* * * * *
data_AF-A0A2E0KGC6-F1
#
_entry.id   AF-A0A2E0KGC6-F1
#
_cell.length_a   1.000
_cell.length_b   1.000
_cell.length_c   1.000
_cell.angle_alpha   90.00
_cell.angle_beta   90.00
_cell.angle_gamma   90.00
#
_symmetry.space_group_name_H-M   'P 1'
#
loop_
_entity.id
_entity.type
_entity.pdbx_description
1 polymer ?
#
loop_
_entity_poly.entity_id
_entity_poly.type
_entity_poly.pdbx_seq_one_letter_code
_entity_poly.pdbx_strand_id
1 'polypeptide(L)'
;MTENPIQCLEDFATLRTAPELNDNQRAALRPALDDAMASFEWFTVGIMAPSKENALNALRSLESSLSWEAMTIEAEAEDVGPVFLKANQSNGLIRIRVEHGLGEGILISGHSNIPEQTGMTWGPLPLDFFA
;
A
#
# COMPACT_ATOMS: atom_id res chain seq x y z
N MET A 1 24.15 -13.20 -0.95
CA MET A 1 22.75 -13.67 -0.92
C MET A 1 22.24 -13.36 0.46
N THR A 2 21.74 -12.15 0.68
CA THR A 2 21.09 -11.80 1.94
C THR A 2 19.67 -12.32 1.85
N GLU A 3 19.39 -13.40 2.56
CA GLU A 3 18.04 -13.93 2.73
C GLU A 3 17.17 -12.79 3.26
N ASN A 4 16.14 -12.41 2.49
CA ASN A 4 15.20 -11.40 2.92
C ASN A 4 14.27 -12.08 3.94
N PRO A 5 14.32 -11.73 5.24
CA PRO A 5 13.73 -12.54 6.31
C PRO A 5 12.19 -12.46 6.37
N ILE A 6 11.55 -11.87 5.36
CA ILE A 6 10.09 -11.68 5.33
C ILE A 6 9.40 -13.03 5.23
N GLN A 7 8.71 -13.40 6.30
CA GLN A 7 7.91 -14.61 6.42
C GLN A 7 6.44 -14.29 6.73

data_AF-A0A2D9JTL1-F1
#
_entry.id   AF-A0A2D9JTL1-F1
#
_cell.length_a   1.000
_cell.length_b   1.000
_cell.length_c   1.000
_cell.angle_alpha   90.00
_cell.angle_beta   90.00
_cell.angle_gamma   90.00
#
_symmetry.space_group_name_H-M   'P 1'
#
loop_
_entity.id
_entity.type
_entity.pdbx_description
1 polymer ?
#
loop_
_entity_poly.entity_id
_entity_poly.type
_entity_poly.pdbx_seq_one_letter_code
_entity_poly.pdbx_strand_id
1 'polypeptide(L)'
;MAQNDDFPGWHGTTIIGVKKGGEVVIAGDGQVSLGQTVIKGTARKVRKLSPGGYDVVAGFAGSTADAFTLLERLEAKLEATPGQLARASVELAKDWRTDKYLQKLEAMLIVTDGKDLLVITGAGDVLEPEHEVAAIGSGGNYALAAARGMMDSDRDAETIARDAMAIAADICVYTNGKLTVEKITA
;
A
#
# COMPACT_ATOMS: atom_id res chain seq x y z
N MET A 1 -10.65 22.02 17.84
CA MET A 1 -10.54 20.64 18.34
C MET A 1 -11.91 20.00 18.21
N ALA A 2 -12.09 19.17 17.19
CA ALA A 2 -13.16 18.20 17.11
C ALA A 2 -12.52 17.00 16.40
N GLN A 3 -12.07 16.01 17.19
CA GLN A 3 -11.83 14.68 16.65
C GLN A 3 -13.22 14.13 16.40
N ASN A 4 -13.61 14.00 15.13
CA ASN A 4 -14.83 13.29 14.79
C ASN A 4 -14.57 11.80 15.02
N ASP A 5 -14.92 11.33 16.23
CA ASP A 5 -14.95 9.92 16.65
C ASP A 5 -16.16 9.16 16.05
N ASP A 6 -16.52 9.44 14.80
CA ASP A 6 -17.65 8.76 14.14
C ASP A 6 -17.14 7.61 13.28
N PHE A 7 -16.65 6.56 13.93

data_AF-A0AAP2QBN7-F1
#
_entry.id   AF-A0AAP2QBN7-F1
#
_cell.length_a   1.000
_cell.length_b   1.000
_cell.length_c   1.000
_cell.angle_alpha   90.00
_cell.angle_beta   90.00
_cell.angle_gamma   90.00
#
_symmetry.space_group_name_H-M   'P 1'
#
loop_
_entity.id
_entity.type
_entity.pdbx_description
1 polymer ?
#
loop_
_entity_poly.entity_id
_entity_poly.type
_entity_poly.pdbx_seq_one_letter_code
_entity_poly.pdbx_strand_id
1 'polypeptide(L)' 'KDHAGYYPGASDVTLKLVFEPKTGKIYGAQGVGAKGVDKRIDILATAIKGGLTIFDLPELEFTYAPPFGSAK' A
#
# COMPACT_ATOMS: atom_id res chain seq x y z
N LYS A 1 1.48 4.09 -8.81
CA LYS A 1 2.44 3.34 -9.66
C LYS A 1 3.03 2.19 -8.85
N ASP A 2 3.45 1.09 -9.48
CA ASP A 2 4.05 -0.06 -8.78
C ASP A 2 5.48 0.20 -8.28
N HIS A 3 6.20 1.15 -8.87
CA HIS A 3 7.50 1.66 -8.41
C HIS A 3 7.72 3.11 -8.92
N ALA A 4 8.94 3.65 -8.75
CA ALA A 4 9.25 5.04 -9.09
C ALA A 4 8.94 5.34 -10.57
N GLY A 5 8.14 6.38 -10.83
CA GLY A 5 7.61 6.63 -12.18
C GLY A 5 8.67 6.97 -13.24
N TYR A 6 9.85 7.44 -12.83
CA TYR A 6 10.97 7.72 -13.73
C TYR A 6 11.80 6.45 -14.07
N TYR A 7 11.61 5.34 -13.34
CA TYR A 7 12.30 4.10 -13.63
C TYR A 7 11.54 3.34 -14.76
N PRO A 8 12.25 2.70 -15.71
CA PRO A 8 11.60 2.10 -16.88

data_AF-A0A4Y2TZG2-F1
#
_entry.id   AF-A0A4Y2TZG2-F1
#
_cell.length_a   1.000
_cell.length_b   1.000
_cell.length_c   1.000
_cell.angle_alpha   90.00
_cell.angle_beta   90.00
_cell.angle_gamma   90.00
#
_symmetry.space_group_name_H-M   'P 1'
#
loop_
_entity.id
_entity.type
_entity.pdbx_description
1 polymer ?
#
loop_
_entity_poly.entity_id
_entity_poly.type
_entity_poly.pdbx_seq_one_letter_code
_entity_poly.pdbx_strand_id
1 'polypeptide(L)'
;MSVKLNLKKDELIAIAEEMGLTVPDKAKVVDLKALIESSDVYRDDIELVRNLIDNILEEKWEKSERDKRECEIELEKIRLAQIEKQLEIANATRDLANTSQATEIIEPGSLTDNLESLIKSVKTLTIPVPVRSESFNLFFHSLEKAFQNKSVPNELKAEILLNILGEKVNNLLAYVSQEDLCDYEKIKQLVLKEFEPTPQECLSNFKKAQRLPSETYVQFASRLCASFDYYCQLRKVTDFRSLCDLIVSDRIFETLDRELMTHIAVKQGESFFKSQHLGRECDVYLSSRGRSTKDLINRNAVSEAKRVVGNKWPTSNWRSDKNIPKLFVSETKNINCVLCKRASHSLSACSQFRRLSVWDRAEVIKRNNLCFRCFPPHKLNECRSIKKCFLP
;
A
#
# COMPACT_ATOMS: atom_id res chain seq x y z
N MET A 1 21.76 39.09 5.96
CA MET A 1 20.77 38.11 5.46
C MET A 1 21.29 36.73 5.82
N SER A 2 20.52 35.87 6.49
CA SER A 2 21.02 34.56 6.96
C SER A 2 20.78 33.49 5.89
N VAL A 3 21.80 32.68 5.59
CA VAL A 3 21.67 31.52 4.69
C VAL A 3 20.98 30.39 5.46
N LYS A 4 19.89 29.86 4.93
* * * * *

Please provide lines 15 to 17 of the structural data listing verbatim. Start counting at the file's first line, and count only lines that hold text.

_entity.id
_entity.type
_entity.pdbx_description